The Assam Bengal railway’s promotional brochure stated, “In the event of railway communication being hereafter opened up with Burma, which sooner or later may be regarded as highly probable, the connection will be established almost necessarily from some point in this projected railway.”

Thus the alignment surveyed was from the neighbourhood of Lumding by way of Manipur into the Kullaw valley of Burma. But such a route being deemed financially unsound, with the cost not being commensurate with the military advantages, the idea was shelved.

The third survey, which began in November 1896, was on the Hukong valley route. Since hostile tribes were on this route and no European had taken it since 1836, the survey party was accompanied by an armed guard of 150 men. Here again the estimated cost of construction was not considered to be compatible to the strategic gains and the idea was abandoned.

In fact, the possibility of an India-Burma rail connectivity was explored well into the 1920s, prompting a Governor General to term the concept a “midsummer madness”. One can only conjecture what gains might have accrued to the Northeast if a viable rail link to Myanmar had already existed.

Naturally, a road link is an equally attractive alternative, though the Northeast has had to wait till the 21st century for the same. Myanmar for the last five decades has stood as an impassable wall for India to make a move towards such connectivity. The seizure of power in Myanmar by the military junta in 1962 had led to the cooling down of India’s cordial relationship with that nation, since the latter had tried to stand by its ideals of democracy. The situation was further vitiated by the 1988 incarceration of Aung San Suu Kyi. Thus, despite the awareness in Delhi that the influence lost by India over its resource-rich neighbour was being capitalised upon by a more pragmatic and equally authoritarian Beijing, little attempt at rapprochement was made.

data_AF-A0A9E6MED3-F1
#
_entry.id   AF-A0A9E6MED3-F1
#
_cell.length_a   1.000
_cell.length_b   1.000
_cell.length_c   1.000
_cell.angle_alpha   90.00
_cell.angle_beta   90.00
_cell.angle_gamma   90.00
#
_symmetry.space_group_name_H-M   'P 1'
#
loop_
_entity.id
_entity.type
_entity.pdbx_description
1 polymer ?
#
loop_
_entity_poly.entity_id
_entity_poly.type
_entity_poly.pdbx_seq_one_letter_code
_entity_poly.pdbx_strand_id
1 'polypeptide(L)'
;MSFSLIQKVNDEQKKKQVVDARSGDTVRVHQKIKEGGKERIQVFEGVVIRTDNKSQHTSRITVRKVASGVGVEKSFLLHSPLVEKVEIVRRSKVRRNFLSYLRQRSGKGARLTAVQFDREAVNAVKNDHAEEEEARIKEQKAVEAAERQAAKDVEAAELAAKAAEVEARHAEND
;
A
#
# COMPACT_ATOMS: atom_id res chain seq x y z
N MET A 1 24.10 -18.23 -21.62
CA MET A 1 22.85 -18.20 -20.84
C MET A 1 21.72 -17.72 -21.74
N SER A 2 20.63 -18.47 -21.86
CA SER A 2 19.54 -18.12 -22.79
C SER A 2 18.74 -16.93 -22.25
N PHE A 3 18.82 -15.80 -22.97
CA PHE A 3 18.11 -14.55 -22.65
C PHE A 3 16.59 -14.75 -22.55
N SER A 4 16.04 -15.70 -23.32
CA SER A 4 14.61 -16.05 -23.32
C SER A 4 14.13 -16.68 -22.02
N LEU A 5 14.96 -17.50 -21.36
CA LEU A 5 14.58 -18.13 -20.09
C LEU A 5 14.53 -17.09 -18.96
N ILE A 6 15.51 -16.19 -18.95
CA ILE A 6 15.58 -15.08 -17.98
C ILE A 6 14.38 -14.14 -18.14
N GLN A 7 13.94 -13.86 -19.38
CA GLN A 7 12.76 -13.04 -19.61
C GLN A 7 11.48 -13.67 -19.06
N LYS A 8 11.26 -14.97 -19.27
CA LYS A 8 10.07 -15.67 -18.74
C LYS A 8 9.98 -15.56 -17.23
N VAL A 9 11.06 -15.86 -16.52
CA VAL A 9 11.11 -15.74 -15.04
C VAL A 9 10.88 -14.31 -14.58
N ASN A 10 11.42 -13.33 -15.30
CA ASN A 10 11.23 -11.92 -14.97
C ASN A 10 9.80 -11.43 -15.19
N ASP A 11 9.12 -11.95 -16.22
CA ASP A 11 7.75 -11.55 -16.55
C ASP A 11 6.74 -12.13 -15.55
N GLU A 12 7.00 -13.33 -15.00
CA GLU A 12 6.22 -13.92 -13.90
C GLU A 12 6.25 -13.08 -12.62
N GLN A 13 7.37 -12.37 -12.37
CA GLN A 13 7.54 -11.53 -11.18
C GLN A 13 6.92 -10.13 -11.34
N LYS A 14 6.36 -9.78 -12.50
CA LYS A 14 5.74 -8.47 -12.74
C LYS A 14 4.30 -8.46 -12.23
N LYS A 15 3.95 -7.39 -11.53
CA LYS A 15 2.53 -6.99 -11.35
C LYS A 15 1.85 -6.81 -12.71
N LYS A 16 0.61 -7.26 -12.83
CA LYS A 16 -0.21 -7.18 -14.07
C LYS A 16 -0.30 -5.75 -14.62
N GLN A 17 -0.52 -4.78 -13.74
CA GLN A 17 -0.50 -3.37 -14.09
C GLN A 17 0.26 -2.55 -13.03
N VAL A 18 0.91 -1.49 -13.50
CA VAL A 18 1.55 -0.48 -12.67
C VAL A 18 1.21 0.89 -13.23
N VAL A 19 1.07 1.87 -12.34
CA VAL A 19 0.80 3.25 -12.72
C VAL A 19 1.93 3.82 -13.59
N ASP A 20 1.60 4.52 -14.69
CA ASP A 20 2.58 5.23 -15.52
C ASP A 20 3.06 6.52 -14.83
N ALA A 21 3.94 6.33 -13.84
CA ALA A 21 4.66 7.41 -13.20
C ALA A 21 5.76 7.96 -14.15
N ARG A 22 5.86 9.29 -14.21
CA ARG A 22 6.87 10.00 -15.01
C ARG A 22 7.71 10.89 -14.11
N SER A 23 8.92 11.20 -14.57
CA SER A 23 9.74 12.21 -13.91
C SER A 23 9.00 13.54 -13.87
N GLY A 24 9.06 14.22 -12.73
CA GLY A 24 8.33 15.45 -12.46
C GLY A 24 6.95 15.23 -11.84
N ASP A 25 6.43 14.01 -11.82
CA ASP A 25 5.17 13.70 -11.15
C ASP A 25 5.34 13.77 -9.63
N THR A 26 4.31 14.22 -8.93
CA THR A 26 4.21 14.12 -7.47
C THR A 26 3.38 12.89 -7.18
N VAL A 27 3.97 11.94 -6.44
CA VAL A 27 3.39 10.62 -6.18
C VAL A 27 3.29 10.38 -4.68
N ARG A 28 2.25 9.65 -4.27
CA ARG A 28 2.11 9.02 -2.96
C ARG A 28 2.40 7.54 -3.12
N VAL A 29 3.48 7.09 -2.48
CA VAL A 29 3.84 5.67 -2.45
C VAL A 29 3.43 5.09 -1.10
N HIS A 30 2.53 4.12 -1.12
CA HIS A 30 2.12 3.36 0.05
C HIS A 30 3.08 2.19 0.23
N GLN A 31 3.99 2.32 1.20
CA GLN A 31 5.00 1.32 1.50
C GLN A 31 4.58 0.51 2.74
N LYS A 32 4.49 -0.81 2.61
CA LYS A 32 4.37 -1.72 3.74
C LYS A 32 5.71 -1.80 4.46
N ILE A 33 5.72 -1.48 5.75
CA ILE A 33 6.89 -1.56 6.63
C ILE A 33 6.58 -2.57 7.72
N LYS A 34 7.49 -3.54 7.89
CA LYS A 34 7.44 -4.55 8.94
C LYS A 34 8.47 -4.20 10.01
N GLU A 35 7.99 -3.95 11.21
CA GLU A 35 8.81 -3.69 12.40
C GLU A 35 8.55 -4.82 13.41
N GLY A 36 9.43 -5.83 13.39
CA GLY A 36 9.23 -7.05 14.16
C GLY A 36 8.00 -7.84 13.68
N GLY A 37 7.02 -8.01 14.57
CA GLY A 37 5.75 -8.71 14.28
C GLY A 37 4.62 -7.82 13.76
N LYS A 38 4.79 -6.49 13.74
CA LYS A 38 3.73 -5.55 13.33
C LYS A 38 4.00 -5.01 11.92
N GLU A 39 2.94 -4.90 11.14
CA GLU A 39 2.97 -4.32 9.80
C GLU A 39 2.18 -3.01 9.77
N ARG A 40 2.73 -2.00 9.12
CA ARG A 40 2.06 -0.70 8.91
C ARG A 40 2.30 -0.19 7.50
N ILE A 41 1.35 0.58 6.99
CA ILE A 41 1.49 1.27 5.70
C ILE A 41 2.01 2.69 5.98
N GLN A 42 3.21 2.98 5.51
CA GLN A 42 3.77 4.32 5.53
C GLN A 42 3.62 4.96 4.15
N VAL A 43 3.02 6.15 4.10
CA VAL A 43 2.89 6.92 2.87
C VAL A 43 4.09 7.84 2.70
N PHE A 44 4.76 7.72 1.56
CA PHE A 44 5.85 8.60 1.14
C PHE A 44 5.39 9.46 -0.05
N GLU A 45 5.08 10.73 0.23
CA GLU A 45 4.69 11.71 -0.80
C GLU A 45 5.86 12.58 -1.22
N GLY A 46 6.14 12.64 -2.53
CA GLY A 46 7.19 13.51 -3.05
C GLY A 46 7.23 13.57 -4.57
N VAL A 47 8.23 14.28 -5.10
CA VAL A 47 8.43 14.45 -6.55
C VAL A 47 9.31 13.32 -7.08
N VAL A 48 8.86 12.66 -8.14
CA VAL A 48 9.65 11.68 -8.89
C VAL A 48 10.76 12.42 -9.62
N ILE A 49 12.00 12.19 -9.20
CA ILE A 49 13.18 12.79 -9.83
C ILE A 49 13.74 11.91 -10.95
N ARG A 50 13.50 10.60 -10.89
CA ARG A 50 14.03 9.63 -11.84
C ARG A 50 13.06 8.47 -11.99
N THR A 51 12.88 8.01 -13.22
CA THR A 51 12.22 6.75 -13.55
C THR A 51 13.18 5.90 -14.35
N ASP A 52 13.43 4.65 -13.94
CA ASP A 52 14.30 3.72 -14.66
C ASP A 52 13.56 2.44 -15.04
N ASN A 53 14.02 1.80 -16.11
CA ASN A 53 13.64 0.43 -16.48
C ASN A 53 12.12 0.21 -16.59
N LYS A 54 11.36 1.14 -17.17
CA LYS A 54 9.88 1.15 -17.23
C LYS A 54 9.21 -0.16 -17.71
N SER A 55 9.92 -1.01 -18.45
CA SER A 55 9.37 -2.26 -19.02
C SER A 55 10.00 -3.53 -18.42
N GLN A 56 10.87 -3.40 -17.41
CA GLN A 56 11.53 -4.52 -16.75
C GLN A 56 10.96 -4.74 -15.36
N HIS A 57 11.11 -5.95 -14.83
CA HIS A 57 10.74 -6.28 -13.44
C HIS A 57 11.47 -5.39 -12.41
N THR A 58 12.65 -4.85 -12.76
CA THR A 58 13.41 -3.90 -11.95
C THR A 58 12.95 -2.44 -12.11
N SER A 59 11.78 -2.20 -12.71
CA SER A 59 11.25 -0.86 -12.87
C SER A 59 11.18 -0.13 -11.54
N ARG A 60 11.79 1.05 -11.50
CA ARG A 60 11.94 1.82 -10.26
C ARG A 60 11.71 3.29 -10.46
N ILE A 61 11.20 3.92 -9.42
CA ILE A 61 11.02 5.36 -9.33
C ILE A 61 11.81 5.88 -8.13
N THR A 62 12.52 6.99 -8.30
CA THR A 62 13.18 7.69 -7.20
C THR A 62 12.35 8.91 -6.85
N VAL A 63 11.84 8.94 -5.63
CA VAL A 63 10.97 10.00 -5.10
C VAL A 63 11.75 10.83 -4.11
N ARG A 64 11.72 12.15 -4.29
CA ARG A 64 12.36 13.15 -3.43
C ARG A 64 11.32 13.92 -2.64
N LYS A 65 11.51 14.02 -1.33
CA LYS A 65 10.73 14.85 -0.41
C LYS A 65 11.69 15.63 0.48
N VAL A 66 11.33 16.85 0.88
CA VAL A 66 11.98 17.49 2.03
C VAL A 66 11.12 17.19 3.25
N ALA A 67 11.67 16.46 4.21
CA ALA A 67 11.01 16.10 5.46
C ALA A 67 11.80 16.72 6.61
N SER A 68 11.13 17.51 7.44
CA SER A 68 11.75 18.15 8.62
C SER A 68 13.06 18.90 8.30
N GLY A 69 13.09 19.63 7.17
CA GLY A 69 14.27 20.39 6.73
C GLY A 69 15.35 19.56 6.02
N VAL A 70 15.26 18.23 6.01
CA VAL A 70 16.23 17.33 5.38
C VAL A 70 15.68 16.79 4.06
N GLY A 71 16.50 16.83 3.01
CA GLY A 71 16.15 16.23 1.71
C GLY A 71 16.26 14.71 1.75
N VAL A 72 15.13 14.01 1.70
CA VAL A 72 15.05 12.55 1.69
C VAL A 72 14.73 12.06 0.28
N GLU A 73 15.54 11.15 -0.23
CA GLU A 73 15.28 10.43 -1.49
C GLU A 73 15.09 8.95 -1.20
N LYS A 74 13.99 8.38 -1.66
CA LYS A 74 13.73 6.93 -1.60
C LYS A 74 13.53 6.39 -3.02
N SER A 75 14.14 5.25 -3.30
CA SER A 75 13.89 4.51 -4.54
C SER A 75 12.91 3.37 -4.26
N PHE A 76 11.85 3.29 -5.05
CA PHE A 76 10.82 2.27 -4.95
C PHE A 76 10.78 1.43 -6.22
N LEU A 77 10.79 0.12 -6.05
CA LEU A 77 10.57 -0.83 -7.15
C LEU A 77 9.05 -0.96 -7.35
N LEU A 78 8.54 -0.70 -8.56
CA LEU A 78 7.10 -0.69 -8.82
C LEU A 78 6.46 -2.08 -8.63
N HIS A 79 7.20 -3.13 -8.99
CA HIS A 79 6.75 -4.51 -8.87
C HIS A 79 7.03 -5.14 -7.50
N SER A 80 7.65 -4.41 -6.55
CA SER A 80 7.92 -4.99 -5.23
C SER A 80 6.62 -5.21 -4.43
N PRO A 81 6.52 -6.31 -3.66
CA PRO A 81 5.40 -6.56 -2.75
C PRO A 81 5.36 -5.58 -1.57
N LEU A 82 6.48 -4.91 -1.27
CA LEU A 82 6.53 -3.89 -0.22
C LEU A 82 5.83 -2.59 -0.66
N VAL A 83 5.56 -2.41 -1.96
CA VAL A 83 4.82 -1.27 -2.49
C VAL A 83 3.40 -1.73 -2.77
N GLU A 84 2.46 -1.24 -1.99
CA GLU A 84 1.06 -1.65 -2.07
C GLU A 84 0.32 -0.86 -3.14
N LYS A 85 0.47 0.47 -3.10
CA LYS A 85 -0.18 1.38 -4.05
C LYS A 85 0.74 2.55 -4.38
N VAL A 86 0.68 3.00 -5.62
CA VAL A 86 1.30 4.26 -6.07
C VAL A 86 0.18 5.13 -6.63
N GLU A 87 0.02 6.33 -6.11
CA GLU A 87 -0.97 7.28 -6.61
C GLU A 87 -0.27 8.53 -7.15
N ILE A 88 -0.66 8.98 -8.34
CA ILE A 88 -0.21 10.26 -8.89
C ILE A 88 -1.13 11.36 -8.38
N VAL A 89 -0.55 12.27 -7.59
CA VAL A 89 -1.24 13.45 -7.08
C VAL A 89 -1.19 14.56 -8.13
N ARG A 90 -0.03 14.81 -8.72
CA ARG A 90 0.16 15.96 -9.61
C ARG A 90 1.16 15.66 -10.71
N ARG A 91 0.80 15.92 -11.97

It had been only in the 1990s that Indian diplomacy conceded that democratic ideals had to be sacrificed at the altar of expediency and the first essays towards mending fences with Myanmar commenced, with India refusing to go along with the West in imposing sanctions against its neighbour. Suu Kyi was cynically abandoned and both nations stepped into the 21st century if not exactly holding hands, yet with a far more amicable stance. In recent times, economic compulsions has coerced the Myanmar junta to loosen its iron grip upon the country, as well as try and present a more humane and democratic face to the outside world.

Such a postural change has attracted no less an individual than the US President Barack Obama to what had been deemed by America to be one of the “rogue” countries of the world. Indian diplomacy can pat itself on the back for having made that crucial U-turn earlier, though a concatenation of political and economic setbacks rather than prescience on the part of South Block, had induced Yangon to be more “friendly” towards India. This has made possible the kind of concession such as concurrence to the highway project.

The importance of a road to Myanmar and beyond for the Northeast can hardly be underestimated. In the past, this region, being strategically positioned between China and Southeast Asia and India, enjoyed a geo-political centricity. The cataclysmic Burmese invasion in the early part of the 19th century and the consequent advent of the British had brought about a political, economic and psychological repositioning and reduced the region to the easternmost outpost of the British India Empire. This ensured that its inhabitants looked perpetually to the West for succour.

A viable outlet to Southeast Asia will go a long way to ensure that the psychological feel of being boxed in from all sides except the west evaporate and the Northeast regain its historical centricity. At least, a segment of the envisaged multilateral trade with Myanmar and Southeast Asian nations will hopefully be undertaken via the land route, thereby enhancing the importance of the region in general and the Brahmaputra valley in particular. Over a century and two decades may have passed since the maiden attempt at proper land connectivity, but as the saying goes, it is better late than never.